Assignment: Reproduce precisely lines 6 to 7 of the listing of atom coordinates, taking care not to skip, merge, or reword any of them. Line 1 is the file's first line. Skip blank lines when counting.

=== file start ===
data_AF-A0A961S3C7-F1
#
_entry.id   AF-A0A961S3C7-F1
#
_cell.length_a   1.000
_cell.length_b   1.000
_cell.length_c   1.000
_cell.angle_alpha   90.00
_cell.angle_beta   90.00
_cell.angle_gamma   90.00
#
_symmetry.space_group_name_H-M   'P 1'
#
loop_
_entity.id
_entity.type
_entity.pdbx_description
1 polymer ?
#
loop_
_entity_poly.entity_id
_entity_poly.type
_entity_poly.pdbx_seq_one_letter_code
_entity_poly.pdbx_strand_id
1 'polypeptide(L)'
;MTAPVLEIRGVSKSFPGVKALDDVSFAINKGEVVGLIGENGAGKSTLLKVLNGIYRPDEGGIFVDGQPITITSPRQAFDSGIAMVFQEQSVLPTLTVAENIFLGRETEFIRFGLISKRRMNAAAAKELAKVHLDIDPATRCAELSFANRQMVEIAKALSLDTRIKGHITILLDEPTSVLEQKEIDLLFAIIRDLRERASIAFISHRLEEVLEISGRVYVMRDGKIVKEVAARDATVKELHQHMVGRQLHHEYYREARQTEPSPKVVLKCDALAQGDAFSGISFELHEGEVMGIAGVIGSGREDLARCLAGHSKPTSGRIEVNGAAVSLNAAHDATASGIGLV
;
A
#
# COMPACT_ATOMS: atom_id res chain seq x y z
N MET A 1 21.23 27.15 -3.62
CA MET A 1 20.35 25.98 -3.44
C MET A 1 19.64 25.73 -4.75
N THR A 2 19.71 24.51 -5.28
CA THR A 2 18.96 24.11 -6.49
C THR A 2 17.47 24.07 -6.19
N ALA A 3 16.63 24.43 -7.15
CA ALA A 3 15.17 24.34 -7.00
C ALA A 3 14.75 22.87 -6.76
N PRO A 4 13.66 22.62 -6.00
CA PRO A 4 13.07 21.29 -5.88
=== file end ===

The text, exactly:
_cell.length_b   1.000
_cell.length_c   1.000